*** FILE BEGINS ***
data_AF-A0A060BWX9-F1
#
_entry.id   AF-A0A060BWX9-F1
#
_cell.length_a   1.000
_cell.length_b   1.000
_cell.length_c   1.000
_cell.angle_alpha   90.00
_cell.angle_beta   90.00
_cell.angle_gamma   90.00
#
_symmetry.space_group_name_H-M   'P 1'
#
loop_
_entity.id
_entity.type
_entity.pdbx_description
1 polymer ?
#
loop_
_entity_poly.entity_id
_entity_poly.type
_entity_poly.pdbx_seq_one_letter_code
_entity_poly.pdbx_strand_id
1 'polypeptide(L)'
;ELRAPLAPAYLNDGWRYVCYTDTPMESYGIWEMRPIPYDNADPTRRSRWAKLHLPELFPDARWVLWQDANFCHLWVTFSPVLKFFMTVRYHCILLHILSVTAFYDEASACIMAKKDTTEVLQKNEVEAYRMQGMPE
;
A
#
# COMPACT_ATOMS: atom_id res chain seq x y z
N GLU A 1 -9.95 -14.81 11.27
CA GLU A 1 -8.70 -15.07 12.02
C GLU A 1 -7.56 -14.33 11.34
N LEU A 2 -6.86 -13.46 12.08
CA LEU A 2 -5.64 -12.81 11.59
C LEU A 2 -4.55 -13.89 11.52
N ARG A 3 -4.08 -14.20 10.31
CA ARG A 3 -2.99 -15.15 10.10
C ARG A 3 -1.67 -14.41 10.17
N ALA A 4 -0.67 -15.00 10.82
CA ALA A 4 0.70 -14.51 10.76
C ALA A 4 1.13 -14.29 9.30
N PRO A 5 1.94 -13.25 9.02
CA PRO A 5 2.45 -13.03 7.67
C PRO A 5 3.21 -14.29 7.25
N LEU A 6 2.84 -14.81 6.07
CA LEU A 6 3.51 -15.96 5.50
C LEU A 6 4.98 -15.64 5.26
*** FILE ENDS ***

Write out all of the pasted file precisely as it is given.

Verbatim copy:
data_AF-A0A060BWX9-F1
#
_entry.id   AF-A0A060BWX9-F1
#
_cell.length_a   1.000
_cell.length_b   1.000
_cell.length_c   1.000
_cell.angle_alpha   90.00
_cell.angle_beta   90.00
_cell.angle_gamma   90.00
#
_symmetry.space_group_name_H-M   'P 1'
#
loop_
_entity.id
_entity.type
_entity.pdbx_description
1 polymer ?
#
loop_
_entity_poly.entity_id
_entity_poly.type
_entity_poly.pdbx_seq_one_letter_code
_entity_poly.pdbx_strand_id
1 'polypeptide(L)'
;ELRAPLAPAYLNDGWRYVCYTDTPMESYGIWEMRPIPYDNADPTRRSRWAKLHLPELFPDARWVLWQDANFCHLWVTFSPVLKFFMTVRYHCILLHILSVTAFYDEASACIMAKKDTTEVLQKNEVEAYRMQGMPE
;
A
#
# COMPACT_ATOMS: atom_id res chain seq x y z
N GLU A 1 -9.95 -14.81 11.27
CA GLU A 1 -8.70 -15.07 12.02
C GLU A 1 -7.56 -14.33 11.34
N LEU A 2 -6.86 -13.46 12.08
CA LEU A 2 -5.64 -12.81 11.59
C LEU A 2 -4.55 -13.89 11.52
N ARG A 3 -4.08 -14.20 10.31
CA ARG A 3 -2.99 -15.15 10.10
C ARG A 3 -1.67 -14.41 10.17
N ALA A 4 -0.67 -15.00 10.82
CA ALA A 4 0.70 -14.51 10.76
C ALA A 4 1.13 -14.29 9.30
N PRO A 5 1.94 -13.25 9.02
CA PRO A 5 2.45 -13.03 7.67
C PRO A 5 3.21 -14.29 7.25
N LEU A 6 2.84 -14.81 6.07
CA LEU A 6 3.51 -15.96 5.50
C LEU A 6 4.98 -15.64 5.26